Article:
You know more than you think you do. – Benjamin Spock

I’m almost entirely opposed to outlines in my own work, especially my creative work.  Maybe I’d make an exception if I went back to academic writing, but I hope that isn’t going to happen so . . .

Outlines – at least for me – kill the energy of a piece.  They push me into my head, force me to look for balance and arc and momentum too soon. They hold me too tight to the path I sculpt and curb discovery and whimsy.   I find them stifling, which is not to say you should.  It’s just true for me.

I prefer to build my drafts as I did when I was a child writing songs – letting one line come upon the next without much conscious thought, my eyes following the power lines as we drove and my lips forming words I did not yet recognize as such.  I prefer to discover what I know or feel or believe without shape because within me it does not hold form – it sparks and weaves and turns on itself, a dervish whirling into worship without a number of spins in hand.

Children tells stories this way.  They begin without knowing just where things will go.  A princess arrives at the gates of a mountainside castle, her sword drawn, and we know nothing further until we see her swing her legs down and advance on the gate.

Or maybe I’m more like my dog Meander who leaves the house with her nose to the air. The story of another living creatures passes by her nostrils, and she’s on the move, trailing it as it winds through the yard.  Sometimes, she sprints to life across the field. Sometimes, she wanders back to the porch, content with a small journey for the day.

Yesterday, I had the honor of speaking with a writer who reminded me that much of life is about intuition when lived with passion, that the way we choose houses or spouses or vocations is often about listening to the spark of spirit within is.  It is that quiet voice of wisdom that I try to honor with my days and with my words. It is that hushed speech that led me to name our farm, God’s Whisper.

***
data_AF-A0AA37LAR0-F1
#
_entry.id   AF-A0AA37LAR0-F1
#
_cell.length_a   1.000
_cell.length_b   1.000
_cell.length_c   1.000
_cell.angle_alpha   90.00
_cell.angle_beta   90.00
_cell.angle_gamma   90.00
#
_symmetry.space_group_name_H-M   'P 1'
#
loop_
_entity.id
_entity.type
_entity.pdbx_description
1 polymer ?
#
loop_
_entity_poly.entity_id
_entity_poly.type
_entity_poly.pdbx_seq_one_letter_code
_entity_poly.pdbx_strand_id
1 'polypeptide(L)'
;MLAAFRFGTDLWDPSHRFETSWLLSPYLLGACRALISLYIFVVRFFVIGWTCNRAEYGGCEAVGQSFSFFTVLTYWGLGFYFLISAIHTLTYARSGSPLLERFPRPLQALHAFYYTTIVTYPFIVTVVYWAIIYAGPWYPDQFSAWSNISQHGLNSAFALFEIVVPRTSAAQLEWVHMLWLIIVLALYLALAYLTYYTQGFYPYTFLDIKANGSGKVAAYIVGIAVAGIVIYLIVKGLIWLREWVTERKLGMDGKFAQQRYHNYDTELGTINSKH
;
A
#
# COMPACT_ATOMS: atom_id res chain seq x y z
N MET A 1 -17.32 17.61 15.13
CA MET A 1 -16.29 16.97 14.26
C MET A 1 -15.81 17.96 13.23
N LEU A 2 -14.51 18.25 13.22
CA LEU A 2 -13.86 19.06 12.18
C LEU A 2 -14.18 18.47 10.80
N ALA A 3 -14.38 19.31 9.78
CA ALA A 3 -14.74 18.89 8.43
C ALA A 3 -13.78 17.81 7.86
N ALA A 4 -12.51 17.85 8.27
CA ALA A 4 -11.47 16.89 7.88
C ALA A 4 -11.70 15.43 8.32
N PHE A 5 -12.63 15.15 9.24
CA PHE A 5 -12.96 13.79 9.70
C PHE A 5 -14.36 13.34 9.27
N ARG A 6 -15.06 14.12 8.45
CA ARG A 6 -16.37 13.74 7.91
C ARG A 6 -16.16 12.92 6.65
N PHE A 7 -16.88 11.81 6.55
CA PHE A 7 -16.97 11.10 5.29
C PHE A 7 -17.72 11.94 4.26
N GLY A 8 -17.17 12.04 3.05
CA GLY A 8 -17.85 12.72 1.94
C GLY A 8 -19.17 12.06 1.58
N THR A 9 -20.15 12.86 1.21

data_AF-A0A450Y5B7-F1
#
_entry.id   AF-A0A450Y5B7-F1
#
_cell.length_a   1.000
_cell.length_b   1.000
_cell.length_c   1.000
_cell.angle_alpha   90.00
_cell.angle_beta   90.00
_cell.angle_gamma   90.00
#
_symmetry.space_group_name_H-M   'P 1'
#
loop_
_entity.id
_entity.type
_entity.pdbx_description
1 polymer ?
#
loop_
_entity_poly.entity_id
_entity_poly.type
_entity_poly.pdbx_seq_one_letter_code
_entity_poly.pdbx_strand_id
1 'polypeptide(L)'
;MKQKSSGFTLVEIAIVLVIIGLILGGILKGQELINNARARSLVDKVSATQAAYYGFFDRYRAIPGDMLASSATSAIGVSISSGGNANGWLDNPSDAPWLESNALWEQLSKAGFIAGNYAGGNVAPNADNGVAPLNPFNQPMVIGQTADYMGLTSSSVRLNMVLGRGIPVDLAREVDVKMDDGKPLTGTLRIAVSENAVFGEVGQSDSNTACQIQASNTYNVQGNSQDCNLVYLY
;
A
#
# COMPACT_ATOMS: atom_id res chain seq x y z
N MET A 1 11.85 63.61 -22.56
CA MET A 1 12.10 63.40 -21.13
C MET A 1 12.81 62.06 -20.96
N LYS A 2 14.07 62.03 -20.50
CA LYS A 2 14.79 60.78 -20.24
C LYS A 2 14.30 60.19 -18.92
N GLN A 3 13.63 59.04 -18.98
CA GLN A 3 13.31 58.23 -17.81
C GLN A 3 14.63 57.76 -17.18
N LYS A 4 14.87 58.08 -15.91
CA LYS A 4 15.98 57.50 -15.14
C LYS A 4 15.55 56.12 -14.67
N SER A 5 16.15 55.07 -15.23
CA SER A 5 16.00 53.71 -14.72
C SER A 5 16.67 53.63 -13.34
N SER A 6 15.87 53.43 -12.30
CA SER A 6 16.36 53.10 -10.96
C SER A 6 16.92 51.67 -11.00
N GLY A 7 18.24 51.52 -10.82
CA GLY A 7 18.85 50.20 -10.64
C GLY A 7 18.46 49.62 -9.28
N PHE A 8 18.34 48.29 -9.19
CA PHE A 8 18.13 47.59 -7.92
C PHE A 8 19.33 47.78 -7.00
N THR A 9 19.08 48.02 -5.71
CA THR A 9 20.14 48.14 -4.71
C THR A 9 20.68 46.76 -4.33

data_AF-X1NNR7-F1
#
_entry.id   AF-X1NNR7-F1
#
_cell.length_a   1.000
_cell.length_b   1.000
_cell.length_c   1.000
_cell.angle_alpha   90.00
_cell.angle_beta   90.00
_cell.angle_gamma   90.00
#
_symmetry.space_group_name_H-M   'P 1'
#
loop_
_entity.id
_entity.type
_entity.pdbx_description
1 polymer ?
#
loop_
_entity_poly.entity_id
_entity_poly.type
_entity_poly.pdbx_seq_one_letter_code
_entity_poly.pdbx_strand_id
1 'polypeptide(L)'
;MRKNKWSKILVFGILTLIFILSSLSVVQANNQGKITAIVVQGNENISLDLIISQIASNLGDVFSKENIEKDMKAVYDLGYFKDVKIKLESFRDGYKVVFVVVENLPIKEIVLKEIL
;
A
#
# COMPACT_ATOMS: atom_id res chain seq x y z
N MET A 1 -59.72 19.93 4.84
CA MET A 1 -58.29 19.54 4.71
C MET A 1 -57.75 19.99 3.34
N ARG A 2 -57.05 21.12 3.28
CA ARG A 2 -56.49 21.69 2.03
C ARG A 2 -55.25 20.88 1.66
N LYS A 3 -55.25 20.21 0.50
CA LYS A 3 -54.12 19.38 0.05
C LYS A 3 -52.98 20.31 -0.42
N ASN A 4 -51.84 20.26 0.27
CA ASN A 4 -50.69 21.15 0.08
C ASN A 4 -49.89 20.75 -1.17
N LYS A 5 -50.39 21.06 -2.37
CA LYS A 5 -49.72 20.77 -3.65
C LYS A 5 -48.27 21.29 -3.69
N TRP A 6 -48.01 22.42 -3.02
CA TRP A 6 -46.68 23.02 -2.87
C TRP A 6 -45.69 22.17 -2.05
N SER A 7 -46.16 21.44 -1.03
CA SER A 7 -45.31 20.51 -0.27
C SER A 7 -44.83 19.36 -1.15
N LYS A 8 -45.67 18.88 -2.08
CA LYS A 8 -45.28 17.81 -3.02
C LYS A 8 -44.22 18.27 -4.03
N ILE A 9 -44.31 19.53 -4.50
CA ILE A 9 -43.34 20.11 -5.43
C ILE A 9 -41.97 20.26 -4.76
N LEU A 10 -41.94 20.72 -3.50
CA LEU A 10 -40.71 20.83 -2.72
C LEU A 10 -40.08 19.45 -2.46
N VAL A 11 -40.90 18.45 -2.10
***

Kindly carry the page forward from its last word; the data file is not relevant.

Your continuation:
So here, then, are three ways I force myself to write without a plan and with an ear to my heart:

1. I write fast. Far too fast for me to be able to analyze much of what I’ve said until I said it.  I type out my work for this reason, and sometimes, I rewrite it by hand so that I can see exactly what it is I’ve said.

2. I picture myself facing the inside of myself. This sounds odd, I know, but I imagine myself turning inward, almost inside out, and listening carefully to the voice that comes from inside of me.  Sometimes I even cock my head to listen better.

3. I do my very best not to censor or even change what I am saying in the first draft.  I go wherever the words lead me, even if something in my brain is telling me it’s misguided.  I don’t trust my brain when I draft. I trust my heart.

I do not in any way say that others should eschew outlines – use whatever you need to get the words down on the page.  But for me, the intuitive, wending journey is the one that serves my spirit best.

And you? What do you prefer – the unmapped journey or the carefully planned route you’ve built for yourself?